Morning Star
Composer: Ricky Ian Gordon
Librettist: William M. Hoffman
Other Artistic Personnel: Chris Allen (conductor)
Original Cast: Twyla Robinson (Becky)
Elizabeth Pojanowski (Sadie)
Jennifer Zetlan (Fanny)
Elizabeth Zharoff (Esther)
Morgan Smith (Aaron Greenspan)
Andrew Bidlack (Irving Tashman)
Andrew Lovato (Harry Engel)
Kenneth Shaw (Rabbi Engel)
Jeanine De Bique (Pearl)
Larry D. Hylton (Prince)
Premiere Date: June 30, 2015

Mourners wait in the rain for the arrival of the first hearse bearing the bodies of the young girls who died in the Triangle Shirtwaist Factory fire on April 5, 1911. 


Scene 1
A Sunday morning in the summer of 1910. In the tenement building on Manhattan’s teeming Lower East Side, Becky Felderman and her daughters; Sadie, Esther, Fanny, and her son Hymie; wait for the arrival of Harry Engel, who is helping Becky pass her citizenship examination. Aaron, their tenant, sleeps on the couch, while out on the street, Pearl and Prince sell fish from their stall. When Irving Tashman is introduced to the family, much to everyone’s delight, he sings a song he has especially composed for Fanny.

While working in the Triangle Factory, the women dream of what they wold like to do with their lives.

Scene 2
It is now March 25, 1911. Fanny and Irving are married, but they’re still living in Becky’s apartment. Fanny dreams of becoming a professional singer, much to Irving’s dismay.

It is Esther and Harry’s wedding day, but the owner of the Triangle Factory has told Esther that she must go to work or she will lose her job. What’s more, both Esther and her friend Mary have found out that they’re pregnant and are at a loss as to what to do, since they are both still unmarried.

Becky is horrified to discover that Esther is going to have a baby, and she reveals that her own life as a young singer back in Riga was destroyed when she became pregnant. Still, she has to admit that “all babies be kosher.” Sadie thinks that Esther became pregnant on purpose in order to trap Harry into marrying her. She tells her sister that she will never forgive her and that she hopes she dies. In despair, Becky tries to prevent her family from falling apart. 


Scene 1
Twenty-one years later at the height of the Great Depression, F.D.R. is elected a great Democratic victory. Aaron, who is now the owner of a successful business making hats, returns to the tenement apartment and proposes marriage to Becky. As the two of them sit on his old couch by the light of the yahrzeit candles, the ghosts of Esther, who died on her wedding day in the Triangle Shirtwaist Factory fire, and Hymie, who was killed on the WWI battlefield, appear to them. The figures of Sadie and Harry also appear, and Sadie confesses how hard it has been to become a tough and successful businesswoman. Aaron is appalled at Sadie’s blindness, and asks whether or not she understands that the hard-hearted avarice that caused the fire which killed her sister now burns within Sadie.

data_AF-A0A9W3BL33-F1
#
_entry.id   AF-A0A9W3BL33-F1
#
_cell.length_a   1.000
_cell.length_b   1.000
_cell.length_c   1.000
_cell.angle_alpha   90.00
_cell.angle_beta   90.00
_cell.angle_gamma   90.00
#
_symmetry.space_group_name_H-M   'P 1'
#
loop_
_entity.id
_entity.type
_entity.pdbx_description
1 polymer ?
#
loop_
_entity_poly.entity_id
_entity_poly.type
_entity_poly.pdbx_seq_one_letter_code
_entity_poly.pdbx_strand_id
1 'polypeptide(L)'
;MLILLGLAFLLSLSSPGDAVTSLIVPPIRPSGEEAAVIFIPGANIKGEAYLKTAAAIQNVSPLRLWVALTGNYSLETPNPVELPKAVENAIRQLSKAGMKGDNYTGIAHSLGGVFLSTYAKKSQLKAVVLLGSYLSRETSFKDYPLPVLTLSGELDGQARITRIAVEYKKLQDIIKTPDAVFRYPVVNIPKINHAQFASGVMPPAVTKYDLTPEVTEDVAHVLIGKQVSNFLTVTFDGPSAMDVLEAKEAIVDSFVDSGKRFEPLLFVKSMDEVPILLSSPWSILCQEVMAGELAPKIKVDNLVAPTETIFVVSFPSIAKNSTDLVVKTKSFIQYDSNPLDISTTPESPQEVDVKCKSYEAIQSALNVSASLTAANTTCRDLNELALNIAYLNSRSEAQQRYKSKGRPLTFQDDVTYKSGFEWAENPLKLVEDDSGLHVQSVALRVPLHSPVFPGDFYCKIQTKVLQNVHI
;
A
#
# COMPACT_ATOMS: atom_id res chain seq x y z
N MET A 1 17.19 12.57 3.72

In the street outside, Pearl laments the greyness of the city and dreams of the colors of her childhood in New Orleans.

Scene 2
Irving has been unfaithful to Fanny once again, and this time she’s determined to sue him for divorce. Becky makes Irving promise to be faithful and to move away from the temptations of Broadway to work for his uncle in California.

When Sadie arrives with Harry, it is clear that he is very ill. He finally finds the courage to tell her that he’s had enough of their loveless marriage and that he’s leaving her, but Sadie has known all along that Harry was in love with Esther.

Sadie’s immediate concern is to get Becky to plead with Aaron to help her in her bitter struggle to break the union, whose members are threatening to go on a strike that will ruin her. Though hating what Sadie has become, and realizing that Sadie will be lost to her forever, Becky tells her daughter that she must say no.

Alone with her world in ruins now that her family has broken apart, Becky finally accepts Aaron’s proposal. They promise they will have a “fine, sweet life together.” They make a toast to everyone they have loved and to the memory of Esther. 

March 25, 1911. As the Rabbi sings the Kaddish and the fire rages through the Triangle Shirtwaist Factory, Esther and her friend Mary, trapped inside by the locked doors of the sweatshop, leap to their death.

(Ron Daniels)
Reviews: "The success of Tuesday's premiere validated everyone's faith in "Morning Star." The two-act, three-hour (including intermission) opera, which follows the resilient Becky's struggle to keep her family together amid horrific, life-changing events, impressed as Gordon's finest opera to date...

...The score's seamless fusion of melodic arioso, accompanied recitative, Broadway-style ballads, stirring ensembles, and Tin Pan Alley and ragtime elements, turns on a dime as the dramatic and emotional situations require. Several memorable songs crystallize the psychology of the main characters, notably Fanny's proto-feminist ballad, "If I'm Not Allowed to Sing"; and Pearl's "So Many Colors," in which the young woman, an African-American from the rural South, laments the loss of her home and family."

-John von Rhein, Chicago Tribune
Length: 02:30
Total Acts: 2
Contact: Not Available
Composer Web Site:
Schedule of Performances Listings
Morning Star (Gordon)
Wednesday, July 26, 2006 - Seagle Music Colony
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